New-born baby naming practices of the Vhavenḓa: A sociolinguistic analysis perspective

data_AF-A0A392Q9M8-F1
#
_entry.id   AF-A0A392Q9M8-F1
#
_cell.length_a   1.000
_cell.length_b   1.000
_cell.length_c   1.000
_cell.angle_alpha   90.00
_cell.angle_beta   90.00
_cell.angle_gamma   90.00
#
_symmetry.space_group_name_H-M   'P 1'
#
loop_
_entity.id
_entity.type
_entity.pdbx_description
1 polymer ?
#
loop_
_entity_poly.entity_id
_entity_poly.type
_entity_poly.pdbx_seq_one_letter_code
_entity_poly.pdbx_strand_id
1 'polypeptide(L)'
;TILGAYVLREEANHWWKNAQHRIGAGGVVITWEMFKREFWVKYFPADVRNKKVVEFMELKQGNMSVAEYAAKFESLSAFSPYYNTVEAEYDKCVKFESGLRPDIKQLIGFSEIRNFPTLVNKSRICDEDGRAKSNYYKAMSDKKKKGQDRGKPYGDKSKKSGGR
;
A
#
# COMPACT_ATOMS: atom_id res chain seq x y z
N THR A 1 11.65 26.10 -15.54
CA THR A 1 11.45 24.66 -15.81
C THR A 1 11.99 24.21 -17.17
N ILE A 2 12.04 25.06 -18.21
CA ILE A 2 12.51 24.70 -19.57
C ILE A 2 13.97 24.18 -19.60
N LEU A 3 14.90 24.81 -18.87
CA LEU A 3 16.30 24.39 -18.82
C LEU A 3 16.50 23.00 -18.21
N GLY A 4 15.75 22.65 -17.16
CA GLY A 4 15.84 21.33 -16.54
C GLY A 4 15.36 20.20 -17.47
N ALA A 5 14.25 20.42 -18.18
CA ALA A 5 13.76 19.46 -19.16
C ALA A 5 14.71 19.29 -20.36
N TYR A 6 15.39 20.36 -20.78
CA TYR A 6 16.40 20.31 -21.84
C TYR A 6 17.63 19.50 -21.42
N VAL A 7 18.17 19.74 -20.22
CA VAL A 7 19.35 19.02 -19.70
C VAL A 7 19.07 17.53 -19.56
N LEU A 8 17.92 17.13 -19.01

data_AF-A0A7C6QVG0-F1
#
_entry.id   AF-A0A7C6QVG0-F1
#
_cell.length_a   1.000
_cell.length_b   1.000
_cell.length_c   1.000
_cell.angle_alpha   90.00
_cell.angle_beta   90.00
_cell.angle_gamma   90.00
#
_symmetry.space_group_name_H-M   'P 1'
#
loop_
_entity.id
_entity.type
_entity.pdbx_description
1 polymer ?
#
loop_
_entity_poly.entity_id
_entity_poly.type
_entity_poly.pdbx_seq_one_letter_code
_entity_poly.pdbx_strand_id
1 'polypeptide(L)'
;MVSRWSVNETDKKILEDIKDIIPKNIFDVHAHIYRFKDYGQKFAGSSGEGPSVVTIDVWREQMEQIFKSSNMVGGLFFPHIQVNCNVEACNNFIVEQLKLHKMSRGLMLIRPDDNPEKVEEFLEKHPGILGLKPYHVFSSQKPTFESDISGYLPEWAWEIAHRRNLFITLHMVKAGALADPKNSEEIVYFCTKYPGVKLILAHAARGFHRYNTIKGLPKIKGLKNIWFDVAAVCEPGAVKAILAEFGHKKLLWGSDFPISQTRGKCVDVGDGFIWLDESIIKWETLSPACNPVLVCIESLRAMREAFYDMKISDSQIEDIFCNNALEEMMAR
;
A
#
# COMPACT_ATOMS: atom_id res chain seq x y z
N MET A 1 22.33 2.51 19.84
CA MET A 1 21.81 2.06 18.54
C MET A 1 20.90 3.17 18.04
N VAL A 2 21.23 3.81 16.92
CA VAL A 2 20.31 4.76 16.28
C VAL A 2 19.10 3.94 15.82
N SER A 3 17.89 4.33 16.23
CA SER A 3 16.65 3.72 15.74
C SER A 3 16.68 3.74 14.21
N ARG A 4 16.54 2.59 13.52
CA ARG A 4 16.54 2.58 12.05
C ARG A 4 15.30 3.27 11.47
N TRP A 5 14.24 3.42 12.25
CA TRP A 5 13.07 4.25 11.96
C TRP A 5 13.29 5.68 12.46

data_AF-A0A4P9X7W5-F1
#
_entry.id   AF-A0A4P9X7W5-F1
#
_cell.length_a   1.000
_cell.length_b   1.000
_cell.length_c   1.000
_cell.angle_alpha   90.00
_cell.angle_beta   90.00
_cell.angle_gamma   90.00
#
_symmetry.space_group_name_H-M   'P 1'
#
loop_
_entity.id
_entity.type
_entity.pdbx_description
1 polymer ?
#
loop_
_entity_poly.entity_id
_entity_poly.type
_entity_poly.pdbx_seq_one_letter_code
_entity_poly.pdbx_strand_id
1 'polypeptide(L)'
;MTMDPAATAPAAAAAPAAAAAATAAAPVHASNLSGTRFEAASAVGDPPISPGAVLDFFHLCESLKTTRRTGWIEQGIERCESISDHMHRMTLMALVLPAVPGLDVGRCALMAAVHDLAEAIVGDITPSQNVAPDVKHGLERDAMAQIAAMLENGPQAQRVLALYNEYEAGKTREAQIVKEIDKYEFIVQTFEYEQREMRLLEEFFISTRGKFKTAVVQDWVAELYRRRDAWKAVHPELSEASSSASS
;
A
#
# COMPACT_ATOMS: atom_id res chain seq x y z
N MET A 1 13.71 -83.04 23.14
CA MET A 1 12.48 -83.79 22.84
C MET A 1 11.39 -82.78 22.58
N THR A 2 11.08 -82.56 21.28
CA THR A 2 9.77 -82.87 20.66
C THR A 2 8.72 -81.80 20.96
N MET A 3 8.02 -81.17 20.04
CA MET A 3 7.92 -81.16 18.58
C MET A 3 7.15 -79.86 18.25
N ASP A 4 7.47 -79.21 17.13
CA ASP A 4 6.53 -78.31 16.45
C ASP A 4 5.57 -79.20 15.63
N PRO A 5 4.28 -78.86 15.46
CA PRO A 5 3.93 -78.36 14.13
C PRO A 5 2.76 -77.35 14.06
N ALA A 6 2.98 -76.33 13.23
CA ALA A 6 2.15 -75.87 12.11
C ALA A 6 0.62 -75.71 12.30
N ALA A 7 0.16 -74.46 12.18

The naming of a new-born baby plays a very important role in all cultures around the world, including the Vhavenḓa community. According to Tshivenḓa culture, the paternal grandparents and other senior members, as custodians of culture, are vested with the power to name new-born babies. Name-givers convey inherent communicative messages through these names, such as mocking, scolding and instigating conflicts which tend to cause heated discourse that becomes a battlefield for the name-givers and addressees. This practice is met with resistance from younger parents who now tend to take the responsibility of naming their own babies. Ethnography of communication, and critical discourse analysis (CDA) theories are utilised to investigate the Tshivenḓa new-born baby naming practices, which have undergone significant changes over time. The CDA model sheds light on how power relations play out, and ethnography of communication focuses on the appropriateness and effectiveness of the meanings of names with regard to the identity of the children. This study is a descriptive survey design and utilised questionnaires and interviews as the primary sources in gathering data. So far, little research has been conducted on Vhavenḓa new-born baby naming practices, as far as can be ascertained.